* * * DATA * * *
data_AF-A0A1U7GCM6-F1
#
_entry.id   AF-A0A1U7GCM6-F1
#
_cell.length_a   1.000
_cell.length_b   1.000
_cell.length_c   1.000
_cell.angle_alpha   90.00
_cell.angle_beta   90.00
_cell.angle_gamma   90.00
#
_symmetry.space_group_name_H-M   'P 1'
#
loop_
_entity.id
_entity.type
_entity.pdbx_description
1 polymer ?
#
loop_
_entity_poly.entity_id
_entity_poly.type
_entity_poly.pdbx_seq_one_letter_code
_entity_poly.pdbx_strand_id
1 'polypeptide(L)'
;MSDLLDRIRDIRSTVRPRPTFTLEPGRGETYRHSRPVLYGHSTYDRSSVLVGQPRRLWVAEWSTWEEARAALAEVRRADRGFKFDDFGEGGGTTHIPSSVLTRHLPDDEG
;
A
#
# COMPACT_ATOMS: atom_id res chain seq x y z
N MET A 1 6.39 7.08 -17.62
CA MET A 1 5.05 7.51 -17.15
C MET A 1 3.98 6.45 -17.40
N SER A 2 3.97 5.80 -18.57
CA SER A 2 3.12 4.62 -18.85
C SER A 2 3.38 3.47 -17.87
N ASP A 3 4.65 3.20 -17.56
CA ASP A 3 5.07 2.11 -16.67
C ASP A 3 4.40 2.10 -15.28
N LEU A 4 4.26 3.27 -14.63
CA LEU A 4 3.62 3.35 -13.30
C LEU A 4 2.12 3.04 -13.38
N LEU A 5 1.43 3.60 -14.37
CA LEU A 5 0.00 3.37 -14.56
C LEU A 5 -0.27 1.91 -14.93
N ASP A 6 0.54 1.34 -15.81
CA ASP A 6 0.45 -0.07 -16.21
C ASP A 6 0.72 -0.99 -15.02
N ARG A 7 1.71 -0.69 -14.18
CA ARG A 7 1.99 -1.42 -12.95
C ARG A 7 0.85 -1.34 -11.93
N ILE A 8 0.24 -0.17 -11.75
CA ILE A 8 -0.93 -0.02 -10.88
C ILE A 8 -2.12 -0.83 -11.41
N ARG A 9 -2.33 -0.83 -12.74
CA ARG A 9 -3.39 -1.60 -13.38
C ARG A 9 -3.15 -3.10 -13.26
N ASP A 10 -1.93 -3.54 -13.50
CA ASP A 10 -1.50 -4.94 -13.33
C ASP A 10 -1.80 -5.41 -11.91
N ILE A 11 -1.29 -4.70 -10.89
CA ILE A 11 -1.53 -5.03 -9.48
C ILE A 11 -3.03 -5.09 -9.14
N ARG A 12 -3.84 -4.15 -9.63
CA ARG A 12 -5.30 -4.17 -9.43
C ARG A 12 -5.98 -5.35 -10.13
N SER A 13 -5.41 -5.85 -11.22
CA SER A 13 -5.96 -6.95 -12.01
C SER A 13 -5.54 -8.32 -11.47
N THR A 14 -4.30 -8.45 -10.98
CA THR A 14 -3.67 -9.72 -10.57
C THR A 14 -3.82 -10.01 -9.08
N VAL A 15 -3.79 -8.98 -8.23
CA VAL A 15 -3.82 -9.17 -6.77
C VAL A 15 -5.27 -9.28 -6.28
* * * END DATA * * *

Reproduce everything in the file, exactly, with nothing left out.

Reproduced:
data_AF-A0A1U7GCM6-F1
#
_entry.id   AF-A0A1U7GCM6-F1
#
_cell.length_a   1.000
_cell.length_b   1.000
_cell.length_c   1.000
_cell.angle_alpha   90.00
_cell.angle_beta   90.00
_cell.angle_gamma   90.00
#
_symmetry.space_group_name_H-M   'P 1'
#
loop_
_entity.id
_entity.type
_entity.pdbx_description
1 polymer ?
#
loop_
_entity_poly.entity_id
_entity_poly.type
_entity_poly.pdbx_seq_one_letter_code
_entity_poly.pdbx_strand_id
1 'polypeptide(L)'
;MSDLLDRIRDIRSTVRPRPTFTLEPGRGETYRHSRPVLYGHSTYDRSSVLVGQPRRLWVAEWSTWEEARAALAEVRRADRGFKFDDFGEGGGTTHIPSSVLTRHLPDDEG
;
A
#
# COMPACT_ATOMS: atom_id res chain seq x y z
N MET A 1 6.39 7.08 -17.62
CA MET A 1 5.05 7.51 -17.15
C MET A 1 3.98 6.45 -17.40
N SER A 2 3.97 5.80 -18.57
CA SER A 2 3.12 4.62 -18.85
C SER A 2 3.38 3.47 -17.87
N ASP A 3 4.65 3.20 -17.56
CA ASP A 3 5.07 2.11 -16.67
C ASP A 3 4.40 2.10 -15.28
N LEU A 4 4.26 3.27 -14.63
CA LEU A 4 3.62 3.35 -13.30
C LEU A 4 2.12 3.04 -13.38
N LEU A 5 1.43 3.60 -14.37
CA LEU A 5 0.00 3.37 -14.56
C LEU A 5 -0.27 1.91 -14.93
N ASP A 6 0.54 1.34 -15.81
CA ASP A 6 0.45 -0.07 -16.21
C ASP A 6 0.72 -0.99 -15.02
N ARG A 7 1.71 -0.69 -14.18
CA ARG A 7 1.99 -1.42 -12.95
C ARG A 7 0.85 -1.34 -11.93
N ILE A 8 0.24 -0.17 -11.75
CA ILE A 8 -0.93 -0.02 -10.88
C ILE A 8 -2.12 -0.83 -11.41
N ARG A 9 -2.33 -0.83 -12.74
CA ARG A 9 -3.39 -1.60 -13.38
C ARG A 9 -3.15 -3.10 -13.26
N ASP A 10 -1.93 -3.54 -13.50
CA ASP A 10 -1.50 -4.94 -13.33
C ASP A 10 -1.80 -5.41 -11.91
N ILE A 11 -1.29 -4.70 -10.89
CA ILE A 11 -1.53 -5.03 -9.48
C ILE A 11 -3.03 -5.09 -9.14
N ARG A 12 -3.84 -4.15 -9.63
CA ARG A 12 -5.30 -4.17 -9.43
C ARG A 12 -5.98 -5.35 -10.13
N SER A 13 -5.41 -5.85 -11.22
CA SER A 13 -5.96 -6.95 -12.01
C SER A 13 -5.54 -8.32 -11.47
N THR A 14 -4.30 -8.45 -10.98
CA THR A 14 -3.67 -9.72 -10.57
C THR A 14 -3.82 -10.01 -9.08
N VAL A 15 -3.79 -8.98 -8.23
CA VAL A 15 -3.82 -9.17 -6.77
C VAL A 15 -5.27 -9.28 -6.28